The public corruption trial is now underway for former Virginia Gov. Bob McDonnell and his wife, Maureen. In dramatic opening arguments, lawyers described the McDonnells' marriage as a shambles. For more on the trial's start, Ari Shapiro turns to Jeff Schapiro, who is covering it for the Richmond Times-Dispatch.
Senate Judiciary Committee Chairman Patrick Leahy is introducing a bill to overhaul the way the National Security Agency collects telephone data under the Patriot Act.
Former Minnesota Gov. Jesse Ventura said his reputation had been damaged by an account of a fight in a book. In a split verdict, a federal jury agreed with him.
House and Senate negotiators reached a compromise, $17 billion agreement to improve medical care for veterans. The deal comes in the final week before Congress leaves town for a monthlong recess.
Congress has reached a bipartisan deal to reform the Department of Veterans Affairs, after nearly two months of tense negotiations.
The Supreme Court has been granting more rights to corporations, including some regarded as those solely for individuals. But Nina Totenberg finds the company-to-person shift has a long history.
Congress has a number of big pieces of legislation to deal with before leaving on its annual summer recess. The Highway Trust Fund, border security and the VA are all on the to-do list.
Congress has just one work week left before its planned August recess, but it has yet to strike a deal on a funding bill dealing with the border crisis.
Next week is Congress's last before summer recess, which is often when a flurry of bills are pushed through Congress. This year, not so much, NPR's Ron Elving tells NPR's Scott Simon.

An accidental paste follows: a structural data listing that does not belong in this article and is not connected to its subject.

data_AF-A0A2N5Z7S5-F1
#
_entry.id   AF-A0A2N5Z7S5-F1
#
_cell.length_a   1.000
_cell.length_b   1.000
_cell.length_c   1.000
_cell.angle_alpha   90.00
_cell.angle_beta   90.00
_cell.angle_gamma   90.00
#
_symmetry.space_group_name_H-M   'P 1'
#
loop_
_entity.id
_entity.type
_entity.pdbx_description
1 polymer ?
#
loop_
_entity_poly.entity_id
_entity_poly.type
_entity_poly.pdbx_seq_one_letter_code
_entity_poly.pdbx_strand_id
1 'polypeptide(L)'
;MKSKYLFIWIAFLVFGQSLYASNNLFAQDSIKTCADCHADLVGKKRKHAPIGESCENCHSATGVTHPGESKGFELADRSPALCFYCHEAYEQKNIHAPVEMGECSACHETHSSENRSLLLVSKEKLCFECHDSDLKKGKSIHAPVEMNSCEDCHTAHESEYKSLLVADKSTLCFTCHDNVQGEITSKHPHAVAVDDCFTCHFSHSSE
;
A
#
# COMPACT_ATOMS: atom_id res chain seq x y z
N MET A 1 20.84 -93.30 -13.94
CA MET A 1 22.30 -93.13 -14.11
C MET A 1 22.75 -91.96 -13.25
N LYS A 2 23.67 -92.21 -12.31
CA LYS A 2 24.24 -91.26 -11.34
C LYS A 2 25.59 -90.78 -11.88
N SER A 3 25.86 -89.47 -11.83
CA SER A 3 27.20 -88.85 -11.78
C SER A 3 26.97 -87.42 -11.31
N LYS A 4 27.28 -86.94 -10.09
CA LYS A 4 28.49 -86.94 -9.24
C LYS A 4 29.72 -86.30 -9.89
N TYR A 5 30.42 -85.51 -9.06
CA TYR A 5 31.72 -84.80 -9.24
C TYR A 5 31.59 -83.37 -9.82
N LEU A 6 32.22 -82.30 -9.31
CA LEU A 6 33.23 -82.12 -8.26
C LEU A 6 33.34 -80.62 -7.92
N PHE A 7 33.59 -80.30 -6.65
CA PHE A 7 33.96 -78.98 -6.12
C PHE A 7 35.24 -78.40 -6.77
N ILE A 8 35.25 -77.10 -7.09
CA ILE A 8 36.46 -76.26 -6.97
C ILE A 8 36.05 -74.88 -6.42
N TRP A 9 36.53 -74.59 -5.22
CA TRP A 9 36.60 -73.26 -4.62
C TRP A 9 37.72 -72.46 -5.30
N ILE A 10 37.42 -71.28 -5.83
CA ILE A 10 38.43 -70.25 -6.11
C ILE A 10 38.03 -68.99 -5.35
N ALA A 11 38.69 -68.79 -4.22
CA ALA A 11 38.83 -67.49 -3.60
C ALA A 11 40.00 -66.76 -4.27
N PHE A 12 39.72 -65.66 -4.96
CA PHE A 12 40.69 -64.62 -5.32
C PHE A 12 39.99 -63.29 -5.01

The report, along with a CIA rebuttal, is the most detailed accounting of a set of controversial interrogation, rendition and detention practices the CIA carried out after the Sept. 11 attacks.
Rep. Curt Clawson, a Republican from Florida, tells subcommittee witnesses from two U.S. agencies, "I'm familiar with your country; I love your country."
There has been record low turnout among voters in the 2014 primaries so far. Is it political dysfunction that's made voters lose interest? And what might this mean for November's general elections?
The U.S. Army War College has determined in a preliminary review that Sen. John Walsh of Montana appeared to have plagiarized his final paper to earn a master's degree. An investigative panel is reviewing the evidence.
Regular political commentators, E.J. Dionne of The Washington Post and David Brooks of The New York Times, discuss U.S. policy options in the Gaza Strip and Rep. Paul Ryan's anti-poverty plan.
Central American presidents met with President Obama, discussing the influx of unaccompanied children crossing the border. So far, Obama has not seen eye to eye with Congress on possible solutions.
New York City officials approved a plan for a separate entrance for low-income residents in a luxury building. Is the decision smart economics or discrimination? The Barbershop guys weigh in.
Republican Congressman Paul Ryan has a new plan to address poverty. Host Michel Martin talks with commentators Corey Ealons and Ron Christie about it and other political stories of the week.
One of the most conservative members of Congress, U.S. Rep. Scott DesJarlais, is defending his seat against state Sen. Jim Tracy, who is making the most of the incumbent's personal scandals.
Sen. John Walsh of Montana was appointed to his seat, and he's preparing to face voters for the first time. The Democrat's bid will be complicated by plagiarism allegations.
Rep. Paul Ryan is rolling out a plan that he says will fight poverty more effectively than the programs launched by former President Johnson's War on Poverty, but progressives are skeptical.